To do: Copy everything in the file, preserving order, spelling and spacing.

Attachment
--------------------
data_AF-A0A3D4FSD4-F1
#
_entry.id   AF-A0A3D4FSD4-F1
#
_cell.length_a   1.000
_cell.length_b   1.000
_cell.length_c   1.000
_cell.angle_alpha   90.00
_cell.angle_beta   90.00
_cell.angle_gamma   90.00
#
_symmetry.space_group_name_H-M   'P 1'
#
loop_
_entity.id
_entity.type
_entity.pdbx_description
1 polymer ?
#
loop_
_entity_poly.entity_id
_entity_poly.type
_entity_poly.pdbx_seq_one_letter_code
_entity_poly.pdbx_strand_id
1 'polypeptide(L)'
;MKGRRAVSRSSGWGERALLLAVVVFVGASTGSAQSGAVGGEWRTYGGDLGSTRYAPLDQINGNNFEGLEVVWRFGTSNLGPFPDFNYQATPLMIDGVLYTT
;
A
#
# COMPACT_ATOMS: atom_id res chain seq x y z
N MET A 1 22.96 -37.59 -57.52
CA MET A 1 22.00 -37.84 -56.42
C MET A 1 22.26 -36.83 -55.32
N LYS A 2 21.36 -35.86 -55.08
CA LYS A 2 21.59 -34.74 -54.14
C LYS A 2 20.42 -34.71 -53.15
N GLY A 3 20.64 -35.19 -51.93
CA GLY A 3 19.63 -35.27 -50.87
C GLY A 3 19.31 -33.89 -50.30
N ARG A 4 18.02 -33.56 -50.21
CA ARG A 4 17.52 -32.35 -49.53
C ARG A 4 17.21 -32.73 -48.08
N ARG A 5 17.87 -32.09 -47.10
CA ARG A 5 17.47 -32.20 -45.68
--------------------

data_AF-A0A3D4FSD4-F1
#
_entry.id   AF-A0A3D4FSD4-F1
#
_cell.length_a   1.000
_cell.length_b   1.000
_cell.length_c   1.000
_cell.angle_alpha   90.00
_cell.angle_beta   90.00
_cell.angle_gamma   90.00
#
_symmetry.space_group_name_H-M   'P 1'
#
loop_
_entity.id
_entity.type
_entity.pdbx_description
1 polymer ?
#
loop_
_entity_poly.entity_id
_entity_poly.type
_entity_poly.pdbx_seq_one_letter_code
_entity_poly.pdbx_strand_id
1 'polypeptide(L)'
;MKGRRAVSRSSGWGERALLLAVVVFVGASTGSAQSGAVGGEWRTYGGDLGSTRYAPLDQINGNNFEGLEVVWRFGTSNLGPFPDFNYQATPLMIDGVLYTT
;
A
#
# COMPACT_ATOMS: atom_id res chain seq x y z
N MET A 1 22.96 -37.59 -57.52
CA MET A 1 22.00 -37.84 -56.42
C MET A 1 22.26 -36.83 -55.32
N LYS A 2 21.36 -35.86 -55.08
CA LYS A 2 21.59 -34.74 -54.14
C LYS A 2 20.42 -34.71 -53.15
N GLY A 3 20.64 -35.19 -51.93
CA GLY A 3 19.63 -35.27 -50.87
C GLY A 3 19.31 -33.89 -50.30
N ARG A 4 18.02 -33.56 -50.21
CA ARG A 4 17.52 -32.35 -49.53
C ARG A 4 17.21 -32.73 -48.08
N ARG A 5 17.87 -32.09 -47.10
CA ARG A 5 17.47 -32.20 -45.68